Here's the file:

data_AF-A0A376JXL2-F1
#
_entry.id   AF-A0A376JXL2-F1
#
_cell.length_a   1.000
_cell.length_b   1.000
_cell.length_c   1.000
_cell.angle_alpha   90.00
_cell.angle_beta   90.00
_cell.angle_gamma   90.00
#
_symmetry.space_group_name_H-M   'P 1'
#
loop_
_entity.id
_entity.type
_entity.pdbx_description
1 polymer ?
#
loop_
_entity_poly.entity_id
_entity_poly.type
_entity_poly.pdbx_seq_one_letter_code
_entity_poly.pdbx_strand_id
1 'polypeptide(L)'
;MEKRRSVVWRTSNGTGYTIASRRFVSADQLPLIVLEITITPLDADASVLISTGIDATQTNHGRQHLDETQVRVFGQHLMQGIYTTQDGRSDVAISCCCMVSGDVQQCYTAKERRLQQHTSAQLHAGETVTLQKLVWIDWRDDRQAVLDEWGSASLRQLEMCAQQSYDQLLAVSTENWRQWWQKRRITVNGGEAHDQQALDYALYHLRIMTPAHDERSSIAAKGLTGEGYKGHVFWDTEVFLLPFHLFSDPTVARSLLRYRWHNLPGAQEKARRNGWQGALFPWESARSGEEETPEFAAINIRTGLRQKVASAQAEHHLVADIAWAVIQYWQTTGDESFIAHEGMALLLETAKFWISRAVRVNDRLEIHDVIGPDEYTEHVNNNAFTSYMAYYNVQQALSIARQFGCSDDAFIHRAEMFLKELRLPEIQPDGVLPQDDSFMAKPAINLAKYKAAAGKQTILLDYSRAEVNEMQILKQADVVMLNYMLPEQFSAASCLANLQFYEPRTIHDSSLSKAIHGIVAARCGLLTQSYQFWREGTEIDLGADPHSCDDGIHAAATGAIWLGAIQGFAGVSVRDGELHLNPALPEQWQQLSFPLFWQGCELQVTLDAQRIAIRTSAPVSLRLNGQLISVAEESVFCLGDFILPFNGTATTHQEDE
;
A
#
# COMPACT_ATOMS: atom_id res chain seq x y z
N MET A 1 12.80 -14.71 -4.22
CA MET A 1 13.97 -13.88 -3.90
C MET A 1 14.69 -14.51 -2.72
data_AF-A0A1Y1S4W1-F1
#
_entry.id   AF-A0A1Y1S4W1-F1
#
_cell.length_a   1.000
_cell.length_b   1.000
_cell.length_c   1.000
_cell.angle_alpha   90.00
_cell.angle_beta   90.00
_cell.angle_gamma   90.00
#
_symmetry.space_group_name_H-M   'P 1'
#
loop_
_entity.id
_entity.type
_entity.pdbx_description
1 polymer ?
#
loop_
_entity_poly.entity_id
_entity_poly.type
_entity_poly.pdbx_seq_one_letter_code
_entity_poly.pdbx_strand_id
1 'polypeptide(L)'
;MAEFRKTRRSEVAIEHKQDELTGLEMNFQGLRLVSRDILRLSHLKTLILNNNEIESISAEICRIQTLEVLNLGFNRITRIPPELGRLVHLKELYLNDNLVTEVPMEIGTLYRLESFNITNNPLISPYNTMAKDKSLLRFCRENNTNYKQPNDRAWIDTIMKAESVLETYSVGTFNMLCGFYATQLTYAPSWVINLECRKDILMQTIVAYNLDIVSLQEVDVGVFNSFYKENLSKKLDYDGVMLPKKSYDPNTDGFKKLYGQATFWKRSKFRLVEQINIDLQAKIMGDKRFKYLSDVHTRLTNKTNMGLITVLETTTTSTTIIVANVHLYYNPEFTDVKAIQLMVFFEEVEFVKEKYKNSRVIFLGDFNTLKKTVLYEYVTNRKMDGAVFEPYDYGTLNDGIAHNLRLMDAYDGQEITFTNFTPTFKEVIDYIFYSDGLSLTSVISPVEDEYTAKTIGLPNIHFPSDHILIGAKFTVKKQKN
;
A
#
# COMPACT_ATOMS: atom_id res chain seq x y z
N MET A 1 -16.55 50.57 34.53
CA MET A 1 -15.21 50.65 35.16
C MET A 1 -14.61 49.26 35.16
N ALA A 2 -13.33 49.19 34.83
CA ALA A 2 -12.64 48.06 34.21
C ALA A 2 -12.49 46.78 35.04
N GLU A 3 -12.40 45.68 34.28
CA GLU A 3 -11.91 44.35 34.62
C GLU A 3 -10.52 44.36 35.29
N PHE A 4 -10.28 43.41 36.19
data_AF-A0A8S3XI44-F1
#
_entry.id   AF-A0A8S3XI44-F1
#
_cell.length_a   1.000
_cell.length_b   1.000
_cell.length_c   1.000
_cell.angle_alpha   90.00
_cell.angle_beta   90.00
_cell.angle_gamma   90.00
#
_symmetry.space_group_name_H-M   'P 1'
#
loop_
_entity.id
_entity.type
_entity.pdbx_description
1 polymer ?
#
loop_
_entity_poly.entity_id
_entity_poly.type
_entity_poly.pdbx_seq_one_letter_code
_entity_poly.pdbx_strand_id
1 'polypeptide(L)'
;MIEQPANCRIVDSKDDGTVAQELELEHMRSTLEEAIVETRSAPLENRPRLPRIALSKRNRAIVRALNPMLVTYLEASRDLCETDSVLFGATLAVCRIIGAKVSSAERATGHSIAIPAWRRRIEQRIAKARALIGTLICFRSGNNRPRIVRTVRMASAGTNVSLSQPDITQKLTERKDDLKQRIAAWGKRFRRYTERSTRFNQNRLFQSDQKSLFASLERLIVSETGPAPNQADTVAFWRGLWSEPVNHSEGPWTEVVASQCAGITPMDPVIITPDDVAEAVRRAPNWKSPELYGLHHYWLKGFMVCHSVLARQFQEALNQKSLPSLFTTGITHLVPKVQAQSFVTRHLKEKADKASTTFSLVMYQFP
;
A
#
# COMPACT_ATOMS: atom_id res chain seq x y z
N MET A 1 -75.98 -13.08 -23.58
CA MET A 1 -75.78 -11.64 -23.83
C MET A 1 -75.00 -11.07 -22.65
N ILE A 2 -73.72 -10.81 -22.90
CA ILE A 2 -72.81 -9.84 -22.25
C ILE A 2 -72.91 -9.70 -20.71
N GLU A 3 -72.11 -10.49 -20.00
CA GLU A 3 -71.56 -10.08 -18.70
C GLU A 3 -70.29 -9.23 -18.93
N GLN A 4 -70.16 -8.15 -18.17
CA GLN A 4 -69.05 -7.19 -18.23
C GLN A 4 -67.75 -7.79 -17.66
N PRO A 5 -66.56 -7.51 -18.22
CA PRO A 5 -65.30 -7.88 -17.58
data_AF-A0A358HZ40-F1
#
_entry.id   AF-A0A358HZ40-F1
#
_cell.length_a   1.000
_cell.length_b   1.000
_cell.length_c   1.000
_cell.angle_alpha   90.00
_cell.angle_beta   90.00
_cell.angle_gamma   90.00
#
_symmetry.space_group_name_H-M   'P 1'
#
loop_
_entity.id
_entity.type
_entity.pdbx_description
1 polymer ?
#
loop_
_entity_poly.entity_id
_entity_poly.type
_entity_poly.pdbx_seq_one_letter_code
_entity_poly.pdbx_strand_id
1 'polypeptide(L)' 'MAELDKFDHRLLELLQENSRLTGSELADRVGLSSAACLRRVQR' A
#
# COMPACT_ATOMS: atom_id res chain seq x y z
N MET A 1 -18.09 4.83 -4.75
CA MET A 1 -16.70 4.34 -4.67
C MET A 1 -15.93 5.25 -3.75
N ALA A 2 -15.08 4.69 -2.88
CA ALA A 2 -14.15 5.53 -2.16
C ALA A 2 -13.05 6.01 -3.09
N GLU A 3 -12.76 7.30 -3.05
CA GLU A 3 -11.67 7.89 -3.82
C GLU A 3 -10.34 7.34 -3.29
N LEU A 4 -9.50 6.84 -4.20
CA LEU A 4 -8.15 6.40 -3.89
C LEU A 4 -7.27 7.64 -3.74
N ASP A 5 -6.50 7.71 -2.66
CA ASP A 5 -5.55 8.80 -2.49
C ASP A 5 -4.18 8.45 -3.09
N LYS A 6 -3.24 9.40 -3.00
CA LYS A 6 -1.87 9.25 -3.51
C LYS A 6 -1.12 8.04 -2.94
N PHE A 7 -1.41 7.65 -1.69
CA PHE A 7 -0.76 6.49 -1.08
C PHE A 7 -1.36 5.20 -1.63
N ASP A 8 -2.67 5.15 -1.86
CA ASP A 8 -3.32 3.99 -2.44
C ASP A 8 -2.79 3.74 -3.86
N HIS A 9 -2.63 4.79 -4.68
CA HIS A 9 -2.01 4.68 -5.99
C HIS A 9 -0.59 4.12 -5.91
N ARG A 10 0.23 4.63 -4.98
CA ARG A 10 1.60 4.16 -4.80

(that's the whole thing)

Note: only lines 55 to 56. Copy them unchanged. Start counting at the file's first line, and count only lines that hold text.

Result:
_entity_poly.type
_entity_poly.pdbx_seq_one_letter_code